Beauregard Plan: Shaping the Future
For more than three years, residents, businesses, community organizations, neighboring civic groups, and property owners worked with the City to create a vision for development that will occur in the Beauregard area in the next 20 to 30 years. In 2012, the Alexandria City Council voted 6-0-1 to approve the Beauregard Small Area Plan. The final Beauregard Small Area Plan was adopted on June 16, 2012.
Beauregard Plan Comments
Beauregard Issue Papers
What the Plan Will Accomplish:
Provide Convenient Connections Between People and the Places They Go.
In seven minutes or less, residents will be able to walk to rapid transit stations, a new grocery store, parks and plazas, office buildings, and many retail destinations. A new fire station at Beauregard Street and Sanger Avenue will improve public safety by providing quicker emergency response for the City’s West End.
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Improve Traffic Circulation and Unclog Traffic in the Community
Roadway improvements and new rapid transit access will reduce traffic congestion in the Beauregard area, and better connect it to the region. Spacious sidewalks and pathways will provide easy access for pedestrians and bicyclists, and new, dedicated guideway lanes will create efficient and reliable transit service. Because of transportation improvements, and additional residential, office, and mixed-use development, Beauregard will become a new, unique destination.
Create Dedicated Affordable Housing
With an approved Beauregard Plan, aging apartment buildings will be replaced, over 30 years, with new housing. Approximately 800 units that are demolished will be replaced with committed affordable and workforce housing. During the transition, the City will work with developers to provide displaced residents with meaningful relocation assistance and support.
Create Sustainable Transitions Between Urban and Natural Environments
Most new housing will generally be within a quarter mile walk to neighborhood parks or new open spaces in the community. A new athletic field, walkways, greenways and bike paths will provide connections between places where the community can gather to exercise, play sports, and enjoy the outdoors close to their homes. New housing will feature energy-efficient design and environmental-friendly features.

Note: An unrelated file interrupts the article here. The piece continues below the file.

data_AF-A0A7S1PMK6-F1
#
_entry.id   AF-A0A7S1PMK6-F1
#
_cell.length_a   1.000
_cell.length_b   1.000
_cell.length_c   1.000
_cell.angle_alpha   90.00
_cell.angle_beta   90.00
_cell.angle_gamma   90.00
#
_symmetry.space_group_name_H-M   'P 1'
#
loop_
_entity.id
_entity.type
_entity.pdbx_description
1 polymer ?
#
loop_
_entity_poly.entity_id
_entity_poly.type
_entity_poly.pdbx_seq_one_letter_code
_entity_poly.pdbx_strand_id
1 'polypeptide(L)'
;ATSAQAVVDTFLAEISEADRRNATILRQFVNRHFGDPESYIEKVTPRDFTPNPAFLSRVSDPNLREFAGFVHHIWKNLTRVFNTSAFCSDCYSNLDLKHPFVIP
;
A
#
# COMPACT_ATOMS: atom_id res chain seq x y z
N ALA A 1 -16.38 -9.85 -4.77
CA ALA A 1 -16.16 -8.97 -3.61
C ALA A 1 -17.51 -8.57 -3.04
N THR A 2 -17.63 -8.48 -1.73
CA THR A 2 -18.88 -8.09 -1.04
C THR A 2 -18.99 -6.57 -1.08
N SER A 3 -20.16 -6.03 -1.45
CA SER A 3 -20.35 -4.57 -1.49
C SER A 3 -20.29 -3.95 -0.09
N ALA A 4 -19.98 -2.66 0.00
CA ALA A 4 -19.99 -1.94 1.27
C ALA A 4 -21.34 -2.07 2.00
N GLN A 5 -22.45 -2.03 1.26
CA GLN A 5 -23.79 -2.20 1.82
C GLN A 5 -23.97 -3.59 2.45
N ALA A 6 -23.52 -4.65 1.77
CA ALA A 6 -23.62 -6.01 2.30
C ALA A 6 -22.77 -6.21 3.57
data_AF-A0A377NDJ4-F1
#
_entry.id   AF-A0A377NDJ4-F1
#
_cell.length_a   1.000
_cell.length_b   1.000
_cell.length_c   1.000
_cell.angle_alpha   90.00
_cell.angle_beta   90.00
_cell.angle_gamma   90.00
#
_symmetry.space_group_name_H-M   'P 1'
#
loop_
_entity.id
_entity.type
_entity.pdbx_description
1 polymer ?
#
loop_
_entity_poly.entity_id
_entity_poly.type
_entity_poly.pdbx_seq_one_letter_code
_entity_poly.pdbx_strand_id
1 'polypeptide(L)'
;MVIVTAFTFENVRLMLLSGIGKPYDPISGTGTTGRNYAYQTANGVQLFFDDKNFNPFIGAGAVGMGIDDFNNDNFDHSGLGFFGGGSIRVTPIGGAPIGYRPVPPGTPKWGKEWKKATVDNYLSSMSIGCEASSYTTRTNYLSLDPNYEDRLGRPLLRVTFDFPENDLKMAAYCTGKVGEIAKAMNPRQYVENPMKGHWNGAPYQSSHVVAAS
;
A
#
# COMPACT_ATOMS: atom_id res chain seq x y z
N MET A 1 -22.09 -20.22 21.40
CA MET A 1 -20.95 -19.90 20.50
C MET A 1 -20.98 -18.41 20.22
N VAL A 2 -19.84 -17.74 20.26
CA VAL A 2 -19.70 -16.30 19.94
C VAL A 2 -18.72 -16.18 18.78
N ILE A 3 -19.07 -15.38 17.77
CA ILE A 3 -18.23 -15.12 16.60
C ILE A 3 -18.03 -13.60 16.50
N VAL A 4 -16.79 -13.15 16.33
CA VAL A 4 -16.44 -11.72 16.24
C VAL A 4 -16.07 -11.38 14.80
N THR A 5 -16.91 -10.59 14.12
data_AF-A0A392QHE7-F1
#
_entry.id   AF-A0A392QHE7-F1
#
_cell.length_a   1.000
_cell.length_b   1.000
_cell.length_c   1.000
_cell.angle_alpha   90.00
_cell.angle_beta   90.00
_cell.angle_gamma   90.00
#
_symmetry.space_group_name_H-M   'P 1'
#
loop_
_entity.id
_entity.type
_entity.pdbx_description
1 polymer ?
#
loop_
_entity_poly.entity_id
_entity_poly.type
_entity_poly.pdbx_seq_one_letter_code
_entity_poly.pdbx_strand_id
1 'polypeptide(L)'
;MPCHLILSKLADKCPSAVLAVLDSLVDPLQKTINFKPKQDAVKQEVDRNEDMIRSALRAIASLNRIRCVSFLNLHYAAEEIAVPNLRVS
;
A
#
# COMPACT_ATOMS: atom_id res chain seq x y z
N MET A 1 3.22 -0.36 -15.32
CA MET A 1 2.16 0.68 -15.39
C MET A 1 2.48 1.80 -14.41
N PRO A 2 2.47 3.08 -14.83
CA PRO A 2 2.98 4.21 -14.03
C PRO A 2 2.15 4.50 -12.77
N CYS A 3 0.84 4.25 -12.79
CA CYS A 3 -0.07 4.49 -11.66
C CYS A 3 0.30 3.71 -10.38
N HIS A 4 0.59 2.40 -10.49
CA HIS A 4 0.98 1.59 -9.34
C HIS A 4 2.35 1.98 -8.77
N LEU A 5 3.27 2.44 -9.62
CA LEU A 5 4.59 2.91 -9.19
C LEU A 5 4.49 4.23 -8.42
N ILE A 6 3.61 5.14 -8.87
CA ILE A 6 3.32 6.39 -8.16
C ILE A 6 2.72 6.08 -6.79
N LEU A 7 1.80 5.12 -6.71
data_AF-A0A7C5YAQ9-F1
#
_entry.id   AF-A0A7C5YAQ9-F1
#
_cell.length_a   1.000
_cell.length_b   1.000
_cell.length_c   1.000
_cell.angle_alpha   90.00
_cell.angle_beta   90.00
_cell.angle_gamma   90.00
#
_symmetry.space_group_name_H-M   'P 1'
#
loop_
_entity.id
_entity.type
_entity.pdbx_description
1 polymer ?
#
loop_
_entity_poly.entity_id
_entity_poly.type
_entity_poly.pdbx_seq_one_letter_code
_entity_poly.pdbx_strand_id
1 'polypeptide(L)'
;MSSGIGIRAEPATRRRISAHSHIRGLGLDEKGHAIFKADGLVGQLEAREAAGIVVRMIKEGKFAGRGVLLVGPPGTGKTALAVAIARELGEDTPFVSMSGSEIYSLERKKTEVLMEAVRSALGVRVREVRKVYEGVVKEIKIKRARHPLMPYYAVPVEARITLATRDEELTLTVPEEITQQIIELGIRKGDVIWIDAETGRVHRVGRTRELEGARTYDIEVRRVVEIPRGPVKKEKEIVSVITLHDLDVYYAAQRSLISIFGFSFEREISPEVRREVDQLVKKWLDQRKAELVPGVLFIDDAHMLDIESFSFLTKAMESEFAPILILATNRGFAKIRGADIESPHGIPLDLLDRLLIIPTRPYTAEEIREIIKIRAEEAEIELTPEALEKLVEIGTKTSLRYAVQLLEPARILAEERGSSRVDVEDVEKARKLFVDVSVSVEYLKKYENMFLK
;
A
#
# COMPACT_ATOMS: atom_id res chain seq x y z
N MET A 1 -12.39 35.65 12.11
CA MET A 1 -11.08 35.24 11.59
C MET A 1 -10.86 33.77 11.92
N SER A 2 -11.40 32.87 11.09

With an Approved Plan, Beauregard Development Delivers:
- Plan requires developer contributions of $210 million to fund a fire station, transit, open space and affordable housing, enhanced landscaping and tree canopy
- Coordination of retail, office, hotel, and residential uses that are strategically located around rapid transit stations and connected to each other
- Neighborhood town center offering many retail and restaurant choices; a new grocery store and expansion of current grocery store
- More than 800 new, dedicated affordable housing units will replace 28 percent of the existing residential units
- New fire station, with improved emergency response times to the area
- Improved Seminary-Beauregard intersection capacity
- Convenient, frequent rapid transit service with dedicated guideways integrated within the development
- New local streets to create a walkable grid and redistribute traffic
- More open space and a new athletic field for community recreation
- Stronger visual and pedestrian connections to schools
What Happens if an Approved Beauregard Plan Does Not Exist?
- Future development will come, but the community will miss out on more than $210 million in privately-funded improvements for transportation, affordable housing, public safety, retail, and parks
- Development could occur haphazardly, rather than in a more coordinated fashion
- Existing open space, parks, schools, and neighborhoods will lack designed connections to each other
- There will be no guarantee of new retail, grocery store or restaurants
- New townhomes and condominiums could be built without guaranteed and dedicated affordable housing
- Additional burden on public safety, with reduced emergency response times and no new fire station for at least 10 years, or more
- Increased traffic congestion and slower bus service
- Neighborhood will remain largely auto-dependent if transportation improvements are not coordinated with development
- No new parks or open spaces and a significant loss of existing trees